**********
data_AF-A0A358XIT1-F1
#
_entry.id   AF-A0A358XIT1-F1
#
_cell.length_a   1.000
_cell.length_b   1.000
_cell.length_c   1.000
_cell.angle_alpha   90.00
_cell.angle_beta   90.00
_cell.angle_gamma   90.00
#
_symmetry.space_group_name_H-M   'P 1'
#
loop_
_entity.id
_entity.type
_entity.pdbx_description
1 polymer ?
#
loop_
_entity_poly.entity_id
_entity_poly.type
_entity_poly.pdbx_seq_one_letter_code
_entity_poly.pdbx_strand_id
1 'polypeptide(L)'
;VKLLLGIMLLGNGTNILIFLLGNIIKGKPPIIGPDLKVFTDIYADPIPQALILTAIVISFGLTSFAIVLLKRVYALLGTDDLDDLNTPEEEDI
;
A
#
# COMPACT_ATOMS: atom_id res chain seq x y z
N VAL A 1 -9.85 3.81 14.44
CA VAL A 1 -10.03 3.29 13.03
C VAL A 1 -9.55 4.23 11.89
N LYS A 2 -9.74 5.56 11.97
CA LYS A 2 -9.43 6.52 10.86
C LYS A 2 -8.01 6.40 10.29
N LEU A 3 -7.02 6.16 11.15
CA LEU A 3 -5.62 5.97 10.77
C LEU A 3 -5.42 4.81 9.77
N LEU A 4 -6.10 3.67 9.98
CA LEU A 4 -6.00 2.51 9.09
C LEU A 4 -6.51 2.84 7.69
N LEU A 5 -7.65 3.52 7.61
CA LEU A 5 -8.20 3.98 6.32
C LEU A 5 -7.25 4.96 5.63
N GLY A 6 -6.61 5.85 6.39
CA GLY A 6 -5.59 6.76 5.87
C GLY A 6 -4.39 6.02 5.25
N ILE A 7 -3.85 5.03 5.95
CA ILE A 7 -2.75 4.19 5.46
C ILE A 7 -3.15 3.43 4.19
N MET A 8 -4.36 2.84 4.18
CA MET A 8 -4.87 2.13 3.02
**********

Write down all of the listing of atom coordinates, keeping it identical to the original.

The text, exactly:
data_AF-A0A358XIT1-F1
#
_entry.id   AF-A0A358XIT1-F1
#
_cell.length_a   1.000
_cell.length_b   1.000
_cell.length_c   1.000
_cell.angle_alpha   90.00
_cell.angle_beta   90.00
_cell.angle_gamma   90.00
#
_symmetry.space_group_name_H-M   'P 1'
#
loop_
_entity.id
_entity.type
_entity.pdbx_description
1 polymer ?
#
loop_
_entity_poly.entity_id
_entity_poly.type
_entity_poly.pdbx_seq_one_letter_code
_entity_poly.pdbx_strand_id
1 'polypeptide(L)'
;VKLLLGIMLLGNGTNILIFLLGNIIKGKPPIIGPDLKVFTDIYADPIPQALILTAIVISFGLTSFAIVLLKRVYALLGTDDLDDLNTPEEEDI
;
A
#
# COMPACT_ATOMS: atom_id res chain seq x y z
N VAL A 1 -9.85 3.81 14.44
CA VAL A 1 -10.03 3.29 13.03
C VAL A 1 -9.55 4.23 11.89
N LYS A 2 -9.74 5.56 11.97
CA LYS A 2 -9.43 6.52 10.86
C LYS A 2 -8.01 6.40 10.29
N LEU A 3 -7.02 6.16 11.15
CA LEU A 3 -5.62 5.97 10.77
C LEU A 3 -5.42 4.81 9.77
N LEU A 4 -6.10 3.67 9.98
CA LEU A 4 -6.00 2.51 9.09
C LEU A 4 -6.51 2.84 7.69
N LEU A 5 -7.65 3.52 7.61
CA LEU A 5 -8.20 3.98 6.32
C LEU A 5 -7.25 4.96 5.63
N GLY A 6 -6.61 5.85 6.39
CA GLY A 6 -5.59 6.76 5.87
C GLY A 6 -4.39 6.02 5.25
N ILE A 7 -3.85 5.03 5.95
CA ILE A 7 -2.75 4.19 5.46
C ILE A 7 -3.15 3.43 4.19
N MET A 8 -4.36 2.84 4.18
CA MET A 8 -4.87 2.13 3.02